Kaye: No, not really. It was my foot in the door and I’ll always be proud of it. At the time I was doing it I had no plans to forge an acting career so I didn’t care who I pissed off. That was kind of useful as everyone who has tried a similar thing since has got a bit cosy with the celebs and are essentially paying guests to take the piss out of them.

So who do you think are the others that have done it since? Ali G? Dom Joly?
Kaye: I think they would certainly have been influenced by it. I do know them both a bit too. I really liked Dom’s stuff particularly. He put poetry back into comedy by doing all that slowed down stuff, which was something I hadn’t seen in a long time. I also really liked his record collection. Sasha is doing particularly well. I don’t think there has been a global comedy
phenomenon like Borat ever, so good luck to him!

What are your favourite moments of being Dennis Pennis?
Kaye: There was loads of hanging about. I was pissed most of the time I was doing it. The hip flask and the microphone were my two main accessories. Because it was shown on a Sunday morning there was a whole different set of regulations. It was only ten years ago, but you weren’t even allowed to use the word ‘twat’ back then. My favourite one ever was probably the astrologer Russell Grant. I asked him if he could read palms. He said ‘Of course I can,’ so I said ‘What does that say then?’ and I had ‘Fuck off you fat cunt’ written on my hand. Sadly they never used the footage.

I read that you regret doing the Steve Martin stunt (Pennis asked Steve Martin at a film launch why he ‘wasn’t funny anymore’)?
Kaye: I said that at the time, but to be honest I think I was right after all. Any comedian who rates his chances of improving on The Pink Panther or Bilko is a knob.

Since then you went on to more serious roles such as the TV series Two Thousand Acres Of Skye.
Kaye: I didn’t know what to do with myself after Pennis. I was unemployable as I’d pissed off a lot of potential employers. So I got offered a part in this Sunday night drama, which the last thing I expected to do. That was like my own acting school for two years. I also had loads of fun and made a lot of new friends. It put my career in a direction which was nothing like I’d imagined. It got me into film…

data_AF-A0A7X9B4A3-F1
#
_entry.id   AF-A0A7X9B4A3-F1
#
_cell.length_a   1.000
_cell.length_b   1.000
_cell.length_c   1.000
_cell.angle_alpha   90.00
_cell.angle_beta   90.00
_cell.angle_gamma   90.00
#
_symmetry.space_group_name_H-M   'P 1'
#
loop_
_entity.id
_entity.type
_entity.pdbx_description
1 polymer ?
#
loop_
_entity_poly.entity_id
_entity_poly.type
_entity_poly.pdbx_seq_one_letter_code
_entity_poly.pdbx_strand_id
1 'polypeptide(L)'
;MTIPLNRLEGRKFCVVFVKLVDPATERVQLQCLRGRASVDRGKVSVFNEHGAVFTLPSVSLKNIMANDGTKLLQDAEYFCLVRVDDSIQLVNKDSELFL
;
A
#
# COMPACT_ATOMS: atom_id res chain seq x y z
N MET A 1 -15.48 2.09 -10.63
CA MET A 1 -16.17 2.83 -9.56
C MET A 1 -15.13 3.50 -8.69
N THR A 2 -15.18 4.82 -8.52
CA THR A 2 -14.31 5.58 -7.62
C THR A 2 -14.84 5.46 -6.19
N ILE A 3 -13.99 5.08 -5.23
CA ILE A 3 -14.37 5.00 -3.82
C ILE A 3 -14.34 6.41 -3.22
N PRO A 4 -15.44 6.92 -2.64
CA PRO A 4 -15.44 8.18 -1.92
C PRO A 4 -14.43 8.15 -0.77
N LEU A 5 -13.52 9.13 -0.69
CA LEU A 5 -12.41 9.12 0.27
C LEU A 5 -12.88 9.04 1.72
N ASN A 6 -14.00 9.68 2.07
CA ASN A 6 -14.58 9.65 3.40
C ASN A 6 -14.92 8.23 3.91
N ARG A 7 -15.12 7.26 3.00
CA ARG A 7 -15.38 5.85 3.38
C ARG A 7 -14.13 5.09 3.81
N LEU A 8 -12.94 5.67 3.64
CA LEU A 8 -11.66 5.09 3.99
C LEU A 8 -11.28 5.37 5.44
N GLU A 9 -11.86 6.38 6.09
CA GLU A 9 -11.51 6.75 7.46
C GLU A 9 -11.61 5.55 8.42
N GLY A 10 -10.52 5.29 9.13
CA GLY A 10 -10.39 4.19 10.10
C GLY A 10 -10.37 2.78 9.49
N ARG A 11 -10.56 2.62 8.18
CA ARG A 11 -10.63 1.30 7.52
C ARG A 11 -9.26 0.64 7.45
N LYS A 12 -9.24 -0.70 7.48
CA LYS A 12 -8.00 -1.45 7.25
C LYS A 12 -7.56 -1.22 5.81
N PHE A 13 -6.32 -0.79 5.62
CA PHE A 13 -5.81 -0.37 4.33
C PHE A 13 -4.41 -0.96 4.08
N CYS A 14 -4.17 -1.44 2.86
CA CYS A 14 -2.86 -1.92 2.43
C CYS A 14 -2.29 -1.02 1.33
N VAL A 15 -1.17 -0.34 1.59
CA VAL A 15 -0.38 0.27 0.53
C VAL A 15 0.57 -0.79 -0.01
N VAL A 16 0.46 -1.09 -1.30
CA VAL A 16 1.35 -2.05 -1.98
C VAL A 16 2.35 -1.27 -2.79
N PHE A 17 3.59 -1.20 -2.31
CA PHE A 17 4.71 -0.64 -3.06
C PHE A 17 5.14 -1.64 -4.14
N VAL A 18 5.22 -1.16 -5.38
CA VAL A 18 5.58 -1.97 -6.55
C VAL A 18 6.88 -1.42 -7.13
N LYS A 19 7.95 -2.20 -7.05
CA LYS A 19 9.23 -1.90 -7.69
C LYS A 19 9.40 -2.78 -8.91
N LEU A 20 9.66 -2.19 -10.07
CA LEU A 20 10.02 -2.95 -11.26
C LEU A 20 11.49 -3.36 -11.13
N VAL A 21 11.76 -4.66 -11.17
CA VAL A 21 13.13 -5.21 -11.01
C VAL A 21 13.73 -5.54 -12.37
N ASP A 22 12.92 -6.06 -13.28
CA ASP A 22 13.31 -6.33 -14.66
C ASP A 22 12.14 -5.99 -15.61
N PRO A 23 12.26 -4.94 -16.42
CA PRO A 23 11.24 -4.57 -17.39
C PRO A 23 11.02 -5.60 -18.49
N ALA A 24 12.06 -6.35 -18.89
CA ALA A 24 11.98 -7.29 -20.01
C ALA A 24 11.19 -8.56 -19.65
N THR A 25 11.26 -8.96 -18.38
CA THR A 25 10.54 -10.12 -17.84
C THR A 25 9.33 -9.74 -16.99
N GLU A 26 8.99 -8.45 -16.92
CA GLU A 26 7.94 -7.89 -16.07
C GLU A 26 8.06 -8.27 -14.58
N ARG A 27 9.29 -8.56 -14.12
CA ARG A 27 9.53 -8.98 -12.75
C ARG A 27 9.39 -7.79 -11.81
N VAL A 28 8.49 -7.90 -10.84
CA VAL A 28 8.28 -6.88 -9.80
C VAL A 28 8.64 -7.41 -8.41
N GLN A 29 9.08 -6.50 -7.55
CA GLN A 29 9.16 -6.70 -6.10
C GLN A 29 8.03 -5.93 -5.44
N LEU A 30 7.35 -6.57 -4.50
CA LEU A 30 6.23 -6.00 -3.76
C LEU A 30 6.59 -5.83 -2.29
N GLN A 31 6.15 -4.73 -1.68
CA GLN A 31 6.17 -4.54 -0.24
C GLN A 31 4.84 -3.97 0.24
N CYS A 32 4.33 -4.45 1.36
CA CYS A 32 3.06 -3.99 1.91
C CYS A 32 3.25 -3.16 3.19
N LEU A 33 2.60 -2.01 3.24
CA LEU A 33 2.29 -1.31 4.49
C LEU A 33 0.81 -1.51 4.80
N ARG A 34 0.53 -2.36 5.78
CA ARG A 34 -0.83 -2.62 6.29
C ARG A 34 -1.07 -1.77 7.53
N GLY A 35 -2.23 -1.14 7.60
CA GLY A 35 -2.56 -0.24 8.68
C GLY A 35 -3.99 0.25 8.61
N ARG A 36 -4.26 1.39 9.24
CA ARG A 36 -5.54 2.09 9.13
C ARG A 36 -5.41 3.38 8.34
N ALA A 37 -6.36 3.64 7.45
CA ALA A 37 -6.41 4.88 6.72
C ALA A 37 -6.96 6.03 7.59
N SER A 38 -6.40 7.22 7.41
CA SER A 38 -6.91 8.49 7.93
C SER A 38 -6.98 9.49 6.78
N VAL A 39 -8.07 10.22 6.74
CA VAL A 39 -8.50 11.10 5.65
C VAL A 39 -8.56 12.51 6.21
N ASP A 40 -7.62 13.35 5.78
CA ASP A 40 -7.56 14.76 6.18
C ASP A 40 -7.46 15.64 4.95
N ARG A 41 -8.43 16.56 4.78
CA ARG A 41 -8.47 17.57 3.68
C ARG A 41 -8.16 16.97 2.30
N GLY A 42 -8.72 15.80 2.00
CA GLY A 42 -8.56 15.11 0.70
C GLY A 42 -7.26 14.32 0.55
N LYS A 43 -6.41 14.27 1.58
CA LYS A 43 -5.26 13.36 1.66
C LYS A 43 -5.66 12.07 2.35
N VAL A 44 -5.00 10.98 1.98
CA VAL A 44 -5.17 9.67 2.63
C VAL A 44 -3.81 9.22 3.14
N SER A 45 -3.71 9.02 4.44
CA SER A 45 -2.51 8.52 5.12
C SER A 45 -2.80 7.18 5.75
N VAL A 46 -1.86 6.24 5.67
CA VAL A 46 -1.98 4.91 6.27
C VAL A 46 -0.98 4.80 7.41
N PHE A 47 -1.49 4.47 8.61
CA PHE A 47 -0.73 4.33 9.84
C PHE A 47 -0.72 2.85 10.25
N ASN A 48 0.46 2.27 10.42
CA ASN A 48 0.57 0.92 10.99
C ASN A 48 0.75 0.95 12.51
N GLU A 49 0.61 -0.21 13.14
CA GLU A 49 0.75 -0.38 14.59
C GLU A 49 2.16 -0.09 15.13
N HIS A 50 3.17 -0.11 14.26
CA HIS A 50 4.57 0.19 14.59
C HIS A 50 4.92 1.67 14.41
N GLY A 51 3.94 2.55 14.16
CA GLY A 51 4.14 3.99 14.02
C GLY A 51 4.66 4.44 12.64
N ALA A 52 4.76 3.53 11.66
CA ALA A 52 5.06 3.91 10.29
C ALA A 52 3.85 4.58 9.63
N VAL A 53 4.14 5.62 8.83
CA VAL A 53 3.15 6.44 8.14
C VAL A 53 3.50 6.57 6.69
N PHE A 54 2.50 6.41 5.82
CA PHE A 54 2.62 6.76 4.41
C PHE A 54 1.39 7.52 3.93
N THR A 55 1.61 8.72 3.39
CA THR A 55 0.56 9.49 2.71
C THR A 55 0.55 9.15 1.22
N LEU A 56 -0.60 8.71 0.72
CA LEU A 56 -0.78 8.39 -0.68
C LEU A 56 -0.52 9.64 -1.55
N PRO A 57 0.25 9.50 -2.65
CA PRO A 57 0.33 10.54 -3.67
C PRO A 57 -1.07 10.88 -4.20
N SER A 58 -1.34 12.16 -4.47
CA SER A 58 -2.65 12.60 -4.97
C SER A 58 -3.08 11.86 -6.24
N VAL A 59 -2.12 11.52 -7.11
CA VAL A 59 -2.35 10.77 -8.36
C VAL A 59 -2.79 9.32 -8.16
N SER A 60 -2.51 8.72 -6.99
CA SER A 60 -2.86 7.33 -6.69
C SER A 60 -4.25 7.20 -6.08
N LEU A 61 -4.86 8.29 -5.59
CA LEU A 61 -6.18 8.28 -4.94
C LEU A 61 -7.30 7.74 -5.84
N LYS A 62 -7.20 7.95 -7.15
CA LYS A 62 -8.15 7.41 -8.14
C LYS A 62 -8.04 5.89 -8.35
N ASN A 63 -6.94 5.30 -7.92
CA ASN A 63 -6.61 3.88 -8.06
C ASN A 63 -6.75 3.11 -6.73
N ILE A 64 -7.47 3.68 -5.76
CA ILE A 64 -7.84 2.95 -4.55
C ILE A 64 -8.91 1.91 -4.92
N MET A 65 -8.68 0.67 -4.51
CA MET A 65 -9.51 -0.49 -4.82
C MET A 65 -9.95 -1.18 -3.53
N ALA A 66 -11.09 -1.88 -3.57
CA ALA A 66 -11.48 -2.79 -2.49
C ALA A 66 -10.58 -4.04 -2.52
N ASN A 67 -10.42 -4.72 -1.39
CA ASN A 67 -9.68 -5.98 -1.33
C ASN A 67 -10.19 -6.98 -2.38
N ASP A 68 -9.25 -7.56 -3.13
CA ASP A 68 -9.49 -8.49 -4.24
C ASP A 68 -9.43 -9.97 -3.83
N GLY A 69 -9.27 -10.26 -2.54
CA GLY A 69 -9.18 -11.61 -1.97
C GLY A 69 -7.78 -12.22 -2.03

You went on to do Blackball and It’s All Gone Pete Tong
Kaye: Yeah. Blackball bombed bad at the box office! I think Pete Tong was a decent film and was definitely worth doing, but I wouldn’t have got that part if I hadn’t done Blackball. So it all worked out in the end I suppose.

What are you up to nowadays?
Kaye: The Strutter show that I’ve been doing on MTV has been fun. I’ve just finished filming the second series and he’s a really interesting, yet horrible character. I’ve written a film called Born, which is going to be made this autumn. I wrote it with myself in mind to play the main part, but they couldn’t raise any money with me attached so Paul Bettany has been cast. I’m in the next series of Pulling on BBC2 and I’m also going to be in a Channel
4 sitcom set in a recording studio. But this is probably the first time in twelve years that I know what I’m doing next. Usually I finish a job and the phone doesn’t ring for two months and I think my career is over.

Any chance that you’ll ever resurrect Mr Pennis?
Kaye: No. There was talk of it a few years ago, but I think it was probably because I didn’t have anything else to say. It had a real spontaneity about it as it wasn’t planned and was probably successful because of that. But for me there’s no way I’m going to be standing in the rain in Leicester Square again, waiting around to piss people off.